For more than two hundred years Australian farmers have been developing an understanding of how to successfully manage the many and varied environments in Australia. In particular they have each learned to manage the natural environment in which their farm is situated to make it both productive and sustainable.
While Australia is a big country, highly productive agricultural land is far from plentiful. With urban encroachment continuing to take that land, the agricultural sector needs access to more suitable local land or must develop new areas in order to do high-ouput work that requires acres of space. Almost all farmers realise they need to farm in a way that allows future farmers to be more productive and our environment to flourish, first at a local level and then globally.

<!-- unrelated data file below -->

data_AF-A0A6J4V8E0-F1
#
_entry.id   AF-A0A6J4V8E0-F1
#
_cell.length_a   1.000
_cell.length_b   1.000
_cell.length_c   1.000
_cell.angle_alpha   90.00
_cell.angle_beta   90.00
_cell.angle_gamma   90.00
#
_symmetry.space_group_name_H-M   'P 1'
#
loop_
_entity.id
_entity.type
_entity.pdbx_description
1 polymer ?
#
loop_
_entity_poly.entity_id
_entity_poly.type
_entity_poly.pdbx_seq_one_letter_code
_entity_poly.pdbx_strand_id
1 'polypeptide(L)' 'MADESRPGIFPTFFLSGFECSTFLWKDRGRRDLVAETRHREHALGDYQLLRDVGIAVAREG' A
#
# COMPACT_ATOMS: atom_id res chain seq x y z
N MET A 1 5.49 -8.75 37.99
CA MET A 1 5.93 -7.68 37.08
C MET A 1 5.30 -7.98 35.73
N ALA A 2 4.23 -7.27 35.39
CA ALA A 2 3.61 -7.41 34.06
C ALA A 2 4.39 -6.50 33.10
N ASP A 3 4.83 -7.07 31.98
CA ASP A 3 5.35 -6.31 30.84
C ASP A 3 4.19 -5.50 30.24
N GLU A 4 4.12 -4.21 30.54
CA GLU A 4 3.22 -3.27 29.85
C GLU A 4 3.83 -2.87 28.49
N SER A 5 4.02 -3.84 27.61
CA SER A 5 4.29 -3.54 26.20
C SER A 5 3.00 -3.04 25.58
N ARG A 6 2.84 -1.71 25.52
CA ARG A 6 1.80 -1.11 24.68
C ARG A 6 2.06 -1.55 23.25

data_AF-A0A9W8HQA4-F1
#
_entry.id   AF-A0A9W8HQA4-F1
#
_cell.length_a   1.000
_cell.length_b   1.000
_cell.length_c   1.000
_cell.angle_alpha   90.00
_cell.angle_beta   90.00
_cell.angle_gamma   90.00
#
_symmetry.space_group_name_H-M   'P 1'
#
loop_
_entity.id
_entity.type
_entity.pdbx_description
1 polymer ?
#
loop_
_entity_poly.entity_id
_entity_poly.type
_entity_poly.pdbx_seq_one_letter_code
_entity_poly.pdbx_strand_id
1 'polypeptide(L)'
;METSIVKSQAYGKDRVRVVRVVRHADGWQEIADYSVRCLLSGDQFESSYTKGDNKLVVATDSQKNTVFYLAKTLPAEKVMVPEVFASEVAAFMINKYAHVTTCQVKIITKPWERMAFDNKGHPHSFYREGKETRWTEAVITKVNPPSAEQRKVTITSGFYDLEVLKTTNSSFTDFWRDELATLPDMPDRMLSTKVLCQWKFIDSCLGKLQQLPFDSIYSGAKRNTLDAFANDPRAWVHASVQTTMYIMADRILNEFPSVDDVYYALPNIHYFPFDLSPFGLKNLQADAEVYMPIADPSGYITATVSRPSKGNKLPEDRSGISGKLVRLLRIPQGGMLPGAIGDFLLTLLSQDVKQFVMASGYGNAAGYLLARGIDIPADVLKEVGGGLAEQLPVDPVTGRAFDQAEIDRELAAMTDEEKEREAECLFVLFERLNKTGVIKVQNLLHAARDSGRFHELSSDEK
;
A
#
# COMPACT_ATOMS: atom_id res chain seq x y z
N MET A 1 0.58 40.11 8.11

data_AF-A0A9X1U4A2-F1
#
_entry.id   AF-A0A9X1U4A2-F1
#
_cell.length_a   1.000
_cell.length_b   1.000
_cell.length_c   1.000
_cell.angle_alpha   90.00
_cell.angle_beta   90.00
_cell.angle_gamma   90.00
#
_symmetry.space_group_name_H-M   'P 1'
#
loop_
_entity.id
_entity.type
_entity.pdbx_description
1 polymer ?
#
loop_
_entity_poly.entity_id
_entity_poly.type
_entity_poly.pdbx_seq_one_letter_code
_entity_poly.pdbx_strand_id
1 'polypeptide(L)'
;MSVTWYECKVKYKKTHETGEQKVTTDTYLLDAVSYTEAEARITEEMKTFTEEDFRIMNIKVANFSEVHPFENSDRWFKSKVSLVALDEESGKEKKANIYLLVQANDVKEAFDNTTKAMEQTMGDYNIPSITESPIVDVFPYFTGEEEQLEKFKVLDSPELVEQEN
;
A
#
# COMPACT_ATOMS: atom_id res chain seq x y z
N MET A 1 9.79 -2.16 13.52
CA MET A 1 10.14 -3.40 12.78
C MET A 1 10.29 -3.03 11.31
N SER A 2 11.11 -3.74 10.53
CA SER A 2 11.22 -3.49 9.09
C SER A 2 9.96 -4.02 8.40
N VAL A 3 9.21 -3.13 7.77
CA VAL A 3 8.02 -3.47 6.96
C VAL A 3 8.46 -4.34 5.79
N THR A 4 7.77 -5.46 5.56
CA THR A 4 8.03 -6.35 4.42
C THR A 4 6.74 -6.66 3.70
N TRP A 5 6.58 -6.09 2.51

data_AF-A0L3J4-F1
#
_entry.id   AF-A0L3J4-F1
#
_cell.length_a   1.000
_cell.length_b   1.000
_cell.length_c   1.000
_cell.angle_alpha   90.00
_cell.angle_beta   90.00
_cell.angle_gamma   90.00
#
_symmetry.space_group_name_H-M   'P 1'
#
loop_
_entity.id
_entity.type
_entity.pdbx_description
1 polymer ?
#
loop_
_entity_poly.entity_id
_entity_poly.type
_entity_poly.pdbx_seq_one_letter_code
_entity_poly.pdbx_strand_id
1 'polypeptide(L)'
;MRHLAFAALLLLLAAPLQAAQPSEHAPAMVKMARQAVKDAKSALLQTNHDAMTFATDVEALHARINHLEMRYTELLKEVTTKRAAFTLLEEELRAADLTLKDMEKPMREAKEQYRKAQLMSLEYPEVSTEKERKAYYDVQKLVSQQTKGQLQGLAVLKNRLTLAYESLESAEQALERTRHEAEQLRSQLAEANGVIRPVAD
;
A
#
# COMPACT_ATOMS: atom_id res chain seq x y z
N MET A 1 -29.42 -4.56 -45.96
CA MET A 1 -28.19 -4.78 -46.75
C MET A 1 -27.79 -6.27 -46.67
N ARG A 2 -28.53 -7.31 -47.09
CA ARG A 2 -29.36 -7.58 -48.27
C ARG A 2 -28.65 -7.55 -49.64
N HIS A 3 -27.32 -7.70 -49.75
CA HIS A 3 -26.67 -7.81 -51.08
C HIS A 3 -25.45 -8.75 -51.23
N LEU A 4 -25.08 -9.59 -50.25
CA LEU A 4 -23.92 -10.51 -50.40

It seems the State Government’s proposed tree clearing laws not only fail to take these factors into account but are more about political expediency rather than a balanced scientific view. If the government does not allow high-value agriculture access in a balanced and sustainable way then regional communities will suffer an unfair and disproportionate amount – particularly farmers who may own land but not be allowed to develop on it. Would the community stand for the removal of the right to build houses in a housing development once say, 70% of allotments were built?
For more than a decade there has been a lack of basic justice. The government only recently agreed to abandon the reverse onus of proof that required farmers to prove themselves innocent rather than be proven guilty, which I thought was a basic part of justice.
All major agricultural advocacy groups including QDO have jointly voiced their disapproval of this legislation and are looking for a more just and scientific process to replace it.